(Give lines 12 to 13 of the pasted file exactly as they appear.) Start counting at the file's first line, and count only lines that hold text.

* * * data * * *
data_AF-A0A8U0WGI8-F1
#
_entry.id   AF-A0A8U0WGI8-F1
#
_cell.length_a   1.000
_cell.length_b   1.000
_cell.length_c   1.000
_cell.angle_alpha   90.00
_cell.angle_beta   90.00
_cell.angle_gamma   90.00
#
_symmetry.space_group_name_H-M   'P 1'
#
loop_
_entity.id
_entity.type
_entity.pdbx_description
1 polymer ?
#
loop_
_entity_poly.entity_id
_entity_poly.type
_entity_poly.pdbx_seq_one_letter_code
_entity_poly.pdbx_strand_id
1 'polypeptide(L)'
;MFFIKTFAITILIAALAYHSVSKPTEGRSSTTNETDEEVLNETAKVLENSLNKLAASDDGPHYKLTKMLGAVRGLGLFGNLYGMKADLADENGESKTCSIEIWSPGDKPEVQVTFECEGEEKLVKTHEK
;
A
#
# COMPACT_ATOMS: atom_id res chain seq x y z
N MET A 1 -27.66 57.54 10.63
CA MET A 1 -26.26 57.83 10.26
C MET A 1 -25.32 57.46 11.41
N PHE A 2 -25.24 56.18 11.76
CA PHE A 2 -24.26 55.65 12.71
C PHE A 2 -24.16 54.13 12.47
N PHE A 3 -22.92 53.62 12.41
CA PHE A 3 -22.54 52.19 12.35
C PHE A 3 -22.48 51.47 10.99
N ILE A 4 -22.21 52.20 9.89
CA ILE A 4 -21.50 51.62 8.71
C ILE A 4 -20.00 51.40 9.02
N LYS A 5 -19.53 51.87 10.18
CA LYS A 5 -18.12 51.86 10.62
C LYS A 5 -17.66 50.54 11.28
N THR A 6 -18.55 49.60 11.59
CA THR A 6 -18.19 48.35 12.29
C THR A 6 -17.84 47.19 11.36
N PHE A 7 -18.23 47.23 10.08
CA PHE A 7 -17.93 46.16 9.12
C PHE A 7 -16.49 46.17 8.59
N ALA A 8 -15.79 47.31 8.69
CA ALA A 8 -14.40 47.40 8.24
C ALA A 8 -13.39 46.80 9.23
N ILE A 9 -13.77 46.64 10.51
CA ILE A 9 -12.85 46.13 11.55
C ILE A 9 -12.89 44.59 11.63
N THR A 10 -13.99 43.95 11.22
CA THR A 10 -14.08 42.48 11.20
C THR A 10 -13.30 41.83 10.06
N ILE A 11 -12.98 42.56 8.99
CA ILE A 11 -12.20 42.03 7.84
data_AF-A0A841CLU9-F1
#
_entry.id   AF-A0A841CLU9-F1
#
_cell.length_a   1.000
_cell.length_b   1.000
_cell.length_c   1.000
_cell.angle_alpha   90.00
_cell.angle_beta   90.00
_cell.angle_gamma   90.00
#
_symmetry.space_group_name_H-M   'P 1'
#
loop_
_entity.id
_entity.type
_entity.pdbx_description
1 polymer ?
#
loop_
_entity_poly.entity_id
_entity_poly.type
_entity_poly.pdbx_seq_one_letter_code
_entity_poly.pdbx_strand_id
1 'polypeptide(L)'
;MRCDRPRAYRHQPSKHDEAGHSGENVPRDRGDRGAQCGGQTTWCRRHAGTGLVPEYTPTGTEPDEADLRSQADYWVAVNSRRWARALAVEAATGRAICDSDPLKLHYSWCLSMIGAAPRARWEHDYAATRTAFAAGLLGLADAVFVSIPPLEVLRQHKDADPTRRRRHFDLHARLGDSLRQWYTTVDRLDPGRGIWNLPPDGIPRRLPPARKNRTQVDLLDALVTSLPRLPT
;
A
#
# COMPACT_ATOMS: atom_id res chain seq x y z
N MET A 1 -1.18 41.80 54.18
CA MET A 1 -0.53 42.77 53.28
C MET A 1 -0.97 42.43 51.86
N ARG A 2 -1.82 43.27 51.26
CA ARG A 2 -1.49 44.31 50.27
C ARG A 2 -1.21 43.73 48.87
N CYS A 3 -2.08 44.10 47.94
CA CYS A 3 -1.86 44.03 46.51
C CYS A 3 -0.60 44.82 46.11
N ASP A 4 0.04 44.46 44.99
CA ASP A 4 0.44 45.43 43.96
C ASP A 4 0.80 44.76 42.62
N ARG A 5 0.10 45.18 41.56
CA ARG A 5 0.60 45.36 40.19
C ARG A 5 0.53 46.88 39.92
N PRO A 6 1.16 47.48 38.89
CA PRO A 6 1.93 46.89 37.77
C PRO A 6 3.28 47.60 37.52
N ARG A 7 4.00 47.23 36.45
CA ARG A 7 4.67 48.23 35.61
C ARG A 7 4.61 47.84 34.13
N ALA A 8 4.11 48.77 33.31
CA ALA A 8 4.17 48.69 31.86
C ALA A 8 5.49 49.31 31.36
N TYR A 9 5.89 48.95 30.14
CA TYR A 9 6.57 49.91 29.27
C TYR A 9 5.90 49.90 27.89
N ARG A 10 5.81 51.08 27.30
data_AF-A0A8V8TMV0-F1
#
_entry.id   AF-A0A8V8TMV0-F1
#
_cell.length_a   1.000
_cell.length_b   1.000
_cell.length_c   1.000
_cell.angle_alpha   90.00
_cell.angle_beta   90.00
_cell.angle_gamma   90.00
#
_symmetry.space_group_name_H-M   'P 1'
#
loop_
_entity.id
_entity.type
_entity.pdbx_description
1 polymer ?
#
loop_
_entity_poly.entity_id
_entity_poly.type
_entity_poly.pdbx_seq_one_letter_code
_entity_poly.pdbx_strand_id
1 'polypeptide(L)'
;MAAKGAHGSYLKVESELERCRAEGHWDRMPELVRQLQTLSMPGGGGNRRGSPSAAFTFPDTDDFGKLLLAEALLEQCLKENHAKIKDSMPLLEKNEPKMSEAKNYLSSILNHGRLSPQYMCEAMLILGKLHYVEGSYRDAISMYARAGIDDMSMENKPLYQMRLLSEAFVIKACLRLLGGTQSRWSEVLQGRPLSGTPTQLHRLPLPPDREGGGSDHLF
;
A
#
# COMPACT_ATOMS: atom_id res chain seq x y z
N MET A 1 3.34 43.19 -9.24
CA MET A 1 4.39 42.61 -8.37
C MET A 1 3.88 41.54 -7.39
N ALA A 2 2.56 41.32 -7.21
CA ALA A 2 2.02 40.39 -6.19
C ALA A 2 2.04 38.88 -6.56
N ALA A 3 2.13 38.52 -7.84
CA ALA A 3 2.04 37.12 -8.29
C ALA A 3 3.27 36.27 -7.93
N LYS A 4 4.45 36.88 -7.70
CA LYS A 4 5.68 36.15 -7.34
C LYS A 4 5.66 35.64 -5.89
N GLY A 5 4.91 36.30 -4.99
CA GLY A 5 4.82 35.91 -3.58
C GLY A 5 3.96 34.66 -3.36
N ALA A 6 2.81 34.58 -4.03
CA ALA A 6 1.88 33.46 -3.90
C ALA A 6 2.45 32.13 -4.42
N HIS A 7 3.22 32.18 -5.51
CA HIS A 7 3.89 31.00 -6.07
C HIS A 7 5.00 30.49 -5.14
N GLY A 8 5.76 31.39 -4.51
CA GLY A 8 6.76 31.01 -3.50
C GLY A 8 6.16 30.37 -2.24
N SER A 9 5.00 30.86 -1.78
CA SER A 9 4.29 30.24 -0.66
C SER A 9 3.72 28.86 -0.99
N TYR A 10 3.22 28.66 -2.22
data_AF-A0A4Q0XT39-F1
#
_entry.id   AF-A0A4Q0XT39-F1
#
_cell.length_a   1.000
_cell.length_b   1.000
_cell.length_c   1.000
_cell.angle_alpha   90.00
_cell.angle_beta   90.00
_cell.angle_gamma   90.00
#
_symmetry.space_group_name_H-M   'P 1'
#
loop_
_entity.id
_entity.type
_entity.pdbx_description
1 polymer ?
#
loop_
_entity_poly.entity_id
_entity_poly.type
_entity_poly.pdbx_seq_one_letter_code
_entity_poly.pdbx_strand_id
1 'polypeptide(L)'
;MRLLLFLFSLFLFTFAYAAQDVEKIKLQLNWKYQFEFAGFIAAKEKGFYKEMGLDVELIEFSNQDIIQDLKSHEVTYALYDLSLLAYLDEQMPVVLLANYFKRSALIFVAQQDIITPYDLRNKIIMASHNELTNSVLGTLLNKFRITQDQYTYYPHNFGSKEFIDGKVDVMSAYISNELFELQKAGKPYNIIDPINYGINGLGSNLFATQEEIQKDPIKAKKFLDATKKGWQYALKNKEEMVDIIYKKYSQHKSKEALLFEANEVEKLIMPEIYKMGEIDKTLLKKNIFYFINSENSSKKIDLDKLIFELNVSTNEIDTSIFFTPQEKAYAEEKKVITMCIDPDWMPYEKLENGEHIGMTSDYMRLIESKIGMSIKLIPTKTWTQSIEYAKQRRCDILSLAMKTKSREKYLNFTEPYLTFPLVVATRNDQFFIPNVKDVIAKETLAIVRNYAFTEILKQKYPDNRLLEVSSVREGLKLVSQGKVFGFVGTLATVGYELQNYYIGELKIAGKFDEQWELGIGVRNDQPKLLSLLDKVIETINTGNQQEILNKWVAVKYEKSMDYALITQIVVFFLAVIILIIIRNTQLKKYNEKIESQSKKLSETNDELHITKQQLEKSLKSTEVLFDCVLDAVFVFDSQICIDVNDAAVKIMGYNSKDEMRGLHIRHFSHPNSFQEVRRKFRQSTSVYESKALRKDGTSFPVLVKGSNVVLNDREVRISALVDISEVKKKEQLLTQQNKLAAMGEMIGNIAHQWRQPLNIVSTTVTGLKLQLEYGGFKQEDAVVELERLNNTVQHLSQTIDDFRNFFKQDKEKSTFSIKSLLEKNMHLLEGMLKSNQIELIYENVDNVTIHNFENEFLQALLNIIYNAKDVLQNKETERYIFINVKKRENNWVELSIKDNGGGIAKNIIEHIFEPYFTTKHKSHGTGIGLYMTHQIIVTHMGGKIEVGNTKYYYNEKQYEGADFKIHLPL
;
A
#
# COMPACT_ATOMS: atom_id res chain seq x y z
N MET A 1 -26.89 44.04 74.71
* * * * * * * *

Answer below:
_symmetry.space_group_name_H-M   'P 1'
#